Preston CJ reconfirmed this position in Telstra Corporation Limited v Hornsby Shire Council  NSWLEC 133, stating that consideration of relevant matters by a consent authority prescribed under s4.15 of the Environmental Planning and Assessment Act (EPA Act) includes consideration of “the public interest” which is “ample enough, having regard to the subject matter, scope and purpose of the EPA Act, to embrace ecologically sustainable development”.6
Over two decades of environmental planning law have eventually built up to Preston CJ’s judgement in Gloucester Resources Limited v Minister for Planning  NSWLEC 7, in which he declared that the Rocky Hill Coal Mine:
“…would be in the wrong place at the wrong time. Wrong place because an open cut coal mine in this scenic and cultural landscape, proximate to many people’s homes and farms, will cause significant planning, amenity, visual and social impacts. Wrong time because the GHG emissions of the coal mine and its coal products will increase global total concentrations of GHGs at a time when what is now urgently needed, in order to meet generally agreed climate targets is a rapid and deep decrease in GHG emissions.”7
This decision, in particular, became widely reported internationally as the first major common law decision to expressly refuse a project on climate change grounds and has been lauded as a case which would “remake the legal landscape with respect to climate change litigation”.8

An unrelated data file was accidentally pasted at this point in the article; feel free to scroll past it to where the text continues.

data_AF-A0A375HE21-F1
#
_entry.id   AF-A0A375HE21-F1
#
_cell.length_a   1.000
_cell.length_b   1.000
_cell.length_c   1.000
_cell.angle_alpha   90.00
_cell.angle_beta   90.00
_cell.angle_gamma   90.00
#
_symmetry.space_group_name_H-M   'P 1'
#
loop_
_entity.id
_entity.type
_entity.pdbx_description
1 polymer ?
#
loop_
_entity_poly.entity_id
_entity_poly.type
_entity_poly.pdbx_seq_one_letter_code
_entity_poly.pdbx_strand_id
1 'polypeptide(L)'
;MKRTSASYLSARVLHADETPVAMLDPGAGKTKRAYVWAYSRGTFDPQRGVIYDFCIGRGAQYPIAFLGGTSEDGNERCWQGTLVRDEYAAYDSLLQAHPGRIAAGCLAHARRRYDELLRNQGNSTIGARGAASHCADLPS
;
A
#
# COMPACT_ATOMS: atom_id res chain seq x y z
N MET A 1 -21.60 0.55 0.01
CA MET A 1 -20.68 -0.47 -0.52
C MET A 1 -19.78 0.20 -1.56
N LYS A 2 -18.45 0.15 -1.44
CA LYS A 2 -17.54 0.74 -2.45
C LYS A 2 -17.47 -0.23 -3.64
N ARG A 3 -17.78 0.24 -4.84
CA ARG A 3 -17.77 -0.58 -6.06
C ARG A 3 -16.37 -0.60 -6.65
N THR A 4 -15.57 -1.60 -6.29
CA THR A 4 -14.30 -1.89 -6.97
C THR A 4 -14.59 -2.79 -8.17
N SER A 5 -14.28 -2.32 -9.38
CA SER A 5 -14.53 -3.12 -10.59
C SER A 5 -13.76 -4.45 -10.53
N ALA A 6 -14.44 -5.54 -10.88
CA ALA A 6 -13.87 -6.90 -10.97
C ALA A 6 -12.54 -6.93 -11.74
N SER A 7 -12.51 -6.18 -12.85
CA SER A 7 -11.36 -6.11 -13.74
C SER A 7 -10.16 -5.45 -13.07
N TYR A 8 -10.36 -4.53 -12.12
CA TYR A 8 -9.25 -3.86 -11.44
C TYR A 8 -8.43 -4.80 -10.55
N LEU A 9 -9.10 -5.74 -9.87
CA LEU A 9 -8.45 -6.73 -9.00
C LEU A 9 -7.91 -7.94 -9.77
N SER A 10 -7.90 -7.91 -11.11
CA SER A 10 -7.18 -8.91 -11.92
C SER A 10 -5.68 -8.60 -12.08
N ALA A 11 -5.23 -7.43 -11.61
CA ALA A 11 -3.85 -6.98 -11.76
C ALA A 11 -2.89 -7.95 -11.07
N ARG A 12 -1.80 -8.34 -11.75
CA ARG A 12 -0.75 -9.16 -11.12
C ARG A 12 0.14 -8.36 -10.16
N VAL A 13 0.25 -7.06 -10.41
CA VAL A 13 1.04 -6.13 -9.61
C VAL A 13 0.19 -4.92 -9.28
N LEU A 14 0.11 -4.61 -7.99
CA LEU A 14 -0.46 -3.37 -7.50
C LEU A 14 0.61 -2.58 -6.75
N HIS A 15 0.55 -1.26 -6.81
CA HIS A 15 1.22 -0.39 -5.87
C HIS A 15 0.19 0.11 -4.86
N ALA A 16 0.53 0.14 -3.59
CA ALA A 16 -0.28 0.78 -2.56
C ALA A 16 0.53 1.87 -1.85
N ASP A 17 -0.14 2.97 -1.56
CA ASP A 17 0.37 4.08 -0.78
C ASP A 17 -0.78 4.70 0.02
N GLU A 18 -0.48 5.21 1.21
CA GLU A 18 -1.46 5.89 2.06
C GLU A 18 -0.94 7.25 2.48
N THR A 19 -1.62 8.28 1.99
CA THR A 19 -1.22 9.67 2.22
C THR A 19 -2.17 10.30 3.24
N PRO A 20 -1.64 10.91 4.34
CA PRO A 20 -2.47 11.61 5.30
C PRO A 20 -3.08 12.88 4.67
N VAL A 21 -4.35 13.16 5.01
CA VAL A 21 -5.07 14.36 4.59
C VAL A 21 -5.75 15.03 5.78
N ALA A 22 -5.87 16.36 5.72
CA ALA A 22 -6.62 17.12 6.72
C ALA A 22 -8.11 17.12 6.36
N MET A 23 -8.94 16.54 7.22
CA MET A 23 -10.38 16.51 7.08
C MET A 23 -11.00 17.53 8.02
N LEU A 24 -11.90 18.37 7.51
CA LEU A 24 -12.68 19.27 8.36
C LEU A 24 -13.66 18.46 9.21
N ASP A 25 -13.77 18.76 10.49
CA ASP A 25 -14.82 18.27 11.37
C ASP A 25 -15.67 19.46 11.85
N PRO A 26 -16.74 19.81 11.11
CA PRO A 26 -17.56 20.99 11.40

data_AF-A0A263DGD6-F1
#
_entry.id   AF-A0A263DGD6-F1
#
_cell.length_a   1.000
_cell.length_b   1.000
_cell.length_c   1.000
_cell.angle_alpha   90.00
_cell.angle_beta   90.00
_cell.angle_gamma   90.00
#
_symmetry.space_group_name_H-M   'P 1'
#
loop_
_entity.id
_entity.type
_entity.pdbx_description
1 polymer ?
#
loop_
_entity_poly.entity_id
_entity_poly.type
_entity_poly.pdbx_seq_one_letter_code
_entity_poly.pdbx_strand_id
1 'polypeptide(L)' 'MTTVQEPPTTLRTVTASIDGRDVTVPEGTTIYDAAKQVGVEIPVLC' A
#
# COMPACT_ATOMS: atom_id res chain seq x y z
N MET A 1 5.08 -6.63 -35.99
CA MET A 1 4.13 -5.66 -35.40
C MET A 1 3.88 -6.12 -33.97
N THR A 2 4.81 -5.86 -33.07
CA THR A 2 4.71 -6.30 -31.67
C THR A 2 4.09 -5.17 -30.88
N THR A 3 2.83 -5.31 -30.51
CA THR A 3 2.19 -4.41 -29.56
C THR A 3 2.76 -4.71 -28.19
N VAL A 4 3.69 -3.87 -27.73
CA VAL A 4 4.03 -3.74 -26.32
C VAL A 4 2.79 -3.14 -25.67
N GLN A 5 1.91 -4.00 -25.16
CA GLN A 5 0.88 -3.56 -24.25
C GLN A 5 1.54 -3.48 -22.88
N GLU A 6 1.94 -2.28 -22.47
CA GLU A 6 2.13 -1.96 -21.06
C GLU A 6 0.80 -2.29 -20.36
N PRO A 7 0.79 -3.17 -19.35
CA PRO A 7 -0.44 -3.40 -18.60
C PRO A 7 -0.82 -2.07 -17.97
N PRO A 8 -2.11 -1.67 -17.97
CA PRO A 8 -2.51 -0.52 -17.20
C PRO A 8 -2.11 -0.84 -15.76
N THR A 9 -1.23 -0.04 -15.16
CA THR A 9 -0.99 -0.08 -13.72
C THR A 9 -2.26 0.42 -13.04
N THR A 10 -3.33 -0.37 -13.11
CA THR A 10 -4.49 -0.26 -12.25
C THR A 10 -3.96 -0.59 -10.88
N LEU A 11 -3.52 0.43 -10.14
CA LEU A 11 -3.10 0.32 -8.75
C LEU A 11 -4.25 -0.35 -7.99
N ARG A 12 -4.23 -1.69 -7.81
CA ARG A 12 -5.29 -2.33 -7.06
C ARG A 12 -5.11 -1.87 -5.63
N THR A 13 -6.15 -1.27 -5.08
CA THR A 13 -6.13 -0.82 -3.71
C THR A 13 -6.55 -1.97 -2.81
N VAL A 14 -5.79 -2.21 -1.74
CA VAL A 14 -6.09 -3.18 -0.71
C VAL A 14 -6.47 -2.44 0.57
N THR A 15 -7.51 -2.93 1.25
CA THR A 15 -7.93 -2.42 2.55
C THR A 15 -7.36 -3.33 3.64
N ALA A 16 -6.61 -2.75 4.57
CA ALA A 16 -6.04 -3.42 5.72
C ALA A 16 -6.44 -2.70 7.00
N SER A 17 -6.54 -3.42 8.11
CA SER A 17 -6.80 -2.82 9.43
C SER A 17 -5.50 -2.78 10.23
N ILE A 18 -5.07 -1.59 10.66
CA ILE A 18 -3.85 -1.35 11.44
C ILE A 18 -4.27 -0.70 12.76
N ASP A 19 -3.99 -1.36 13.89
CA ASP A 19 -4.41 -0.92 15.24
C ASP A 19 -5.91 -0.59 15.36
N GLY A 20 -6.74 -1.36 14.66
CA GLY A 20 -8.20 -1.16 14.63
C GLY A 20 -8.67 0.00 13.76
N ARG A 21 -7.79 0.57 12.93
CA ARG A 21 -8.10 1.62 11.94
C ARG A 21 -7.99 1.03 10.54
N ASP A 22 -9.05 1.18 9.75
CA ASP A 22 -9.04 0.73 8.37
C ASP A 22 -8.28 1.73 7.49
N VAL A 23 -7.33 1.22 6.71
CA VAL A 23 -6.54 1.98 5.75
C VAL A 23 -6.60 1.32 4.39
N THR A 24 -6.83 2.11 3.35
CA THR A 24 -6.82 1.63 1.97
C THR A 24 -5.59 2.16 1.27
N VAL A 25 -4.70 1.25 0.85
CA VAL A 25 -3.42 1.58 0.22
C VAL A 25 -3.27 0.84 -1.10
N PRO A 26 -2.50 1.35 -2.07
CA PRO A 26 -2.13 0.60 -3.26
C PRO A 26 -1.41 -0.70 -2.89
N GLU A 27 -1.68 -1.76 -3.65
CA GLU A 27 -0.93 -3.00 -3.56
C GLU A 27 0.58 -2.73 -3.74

Whilst these court decisions centre on large major developments, the principles they establish can and should now be taken across all scales of development. When we recognise that approximately 80% of buildings in 2050 will have already been built or are actively under construction and that operational emissions from heating, cooling and lighting buildings account for 28% of global carbon emissions, the imperative to understand the long-term consequences of our design decisions has never been more urgent.9 By expanding the definition of “public interest” within key planning legislation, decisions such as BGP v Lake Macquarie and Telstra v Hornsby reinforces the need for design professionals to engage more broadly with ideas of intergenerational equity and the long-term use of natural resources during the design process, shifting such considerations from afterthoughts into becoming an integral part of the approval process for development.